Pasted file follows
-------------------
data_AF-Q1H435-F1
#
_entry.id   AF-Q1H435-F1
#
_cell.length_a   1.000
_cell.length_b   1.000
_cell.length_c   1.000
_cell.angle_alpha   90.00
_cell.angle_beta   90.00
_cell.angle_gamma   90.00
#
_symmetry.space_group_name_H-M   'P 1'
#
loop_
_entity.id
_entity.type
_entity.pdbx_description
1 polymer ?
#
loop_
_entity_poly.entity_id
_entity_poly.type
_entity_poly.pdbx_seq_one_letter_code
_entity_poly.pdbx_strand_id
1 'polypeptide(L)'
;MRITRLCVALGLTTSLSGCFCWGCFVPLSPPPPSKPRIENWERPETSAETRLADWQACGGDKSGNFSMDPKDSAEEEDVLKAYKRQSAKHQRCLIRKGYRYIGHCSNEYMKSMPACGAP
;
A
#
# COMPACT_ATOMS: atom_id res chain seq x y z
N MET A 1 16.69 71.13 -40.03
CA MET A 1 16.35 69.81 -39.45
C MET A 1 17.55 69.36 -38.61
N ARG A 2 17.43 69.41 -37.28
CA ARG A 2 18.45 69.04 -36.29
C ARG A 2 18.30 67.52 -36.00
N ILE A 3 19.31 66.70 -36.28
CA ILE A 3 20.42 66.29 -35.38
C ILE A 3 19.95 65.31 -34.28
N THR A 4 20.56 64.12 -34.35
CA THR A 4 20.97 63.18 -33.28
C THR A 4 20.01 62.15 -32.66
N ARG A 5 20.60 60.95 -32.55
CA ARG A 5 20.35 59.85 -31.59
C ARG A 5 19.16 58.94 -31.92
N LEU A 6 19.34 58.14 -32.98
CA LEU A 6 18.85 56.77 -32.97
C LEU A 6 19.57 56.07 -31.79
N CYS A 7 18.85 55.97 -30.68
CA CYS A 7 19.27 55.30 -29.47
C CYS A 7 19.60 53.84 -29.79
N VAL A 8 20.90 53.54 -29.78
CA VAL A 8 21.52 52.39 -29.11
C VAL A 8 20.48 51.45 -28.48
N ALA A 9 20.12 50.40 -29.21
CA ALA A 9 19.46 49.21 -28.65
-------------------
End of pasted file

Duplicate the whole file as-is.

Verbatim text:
data_AF-Q1H435-F1
#
_entry.id   AF-Q1H435-F1
#
_cell.length_a   1.000
_cell.length_b   1.000
_cell.length_c   1.000
_cell.angle_alpha   90.00
_cell.angle_beta   90.00
_cell.angle_gamma   90.00
#
_symmetry.space_group_name_H-M   'P 1'
#
loop_
_entity.id
_entity.type
_entity.pdbx_description
1 polymer ?
#
loop_
_entity_poly.entity_id
_entity_poly.type
_entity_poly.pdbx_seq_one_letter_code
_entity_poly.pdbx_strand_id
1 'polypeptide(L)'
;MRITRLCVALGLTTSLSGCFCWGCFVPLSPPPPSKPRIENWERPETSAETRLADWQACGGDKSGNFSMDPKDSAEEEDVLKAYKRQSAKHQRCLIRKGYRYIGHCSNEYMKSMPACGAP
;
A
#
# COMPACT_ATOMS: atom_id res chain seq x y z
N MET A 1 16.69 71.13 -40.03
CA MET A 1 16.35 69.81 -39.45
C MET A 1 17.55 69.36 -38.61
N ARG A 2 17.43 69.41 -37.28
CA ARG A 2 18.45 69.04 -36.29
C ARG A 2 18.30 67.52 -36.00
N ILE A 3 19.31 66.70 -36.28
CA ILE A 3 20.42 66.29 -35.38
C ILE A 3 19.95 65.31 -34.28
N THR A 4 20.56 64.12 -34.35
CA THR A 4 20.97 63.18 -33.28
C THR A 4 20.01 62.15 -32.66
N ARG A 5 20.60 60.95 -32.55
CA ARG A 5 20.35 59.85 -31.59
C ARG A 5 19.16 58.94 -31.92
N LEU A 6 19.34 58.14 -32.98
CA LEU A 6 18.85 56.77 -32.97
C LEU A 6 19.57 56.07 -31.79
N CYS A 7 18.85 55.97 -30.68
CA CYS A 7 19.27 55.30 -29.47
C CYS A 7 19.60 53.84 -29.79
N VAL A 8 20.90 53.54 -29.78
CA VAL A 8 21.52 52.39 -29.11
C VAL A 8 20.48 51.45 -28.48
N ALA A 9 20.12 50.40 -29.21
CA ALA A 9 19.46 49.21 -28.65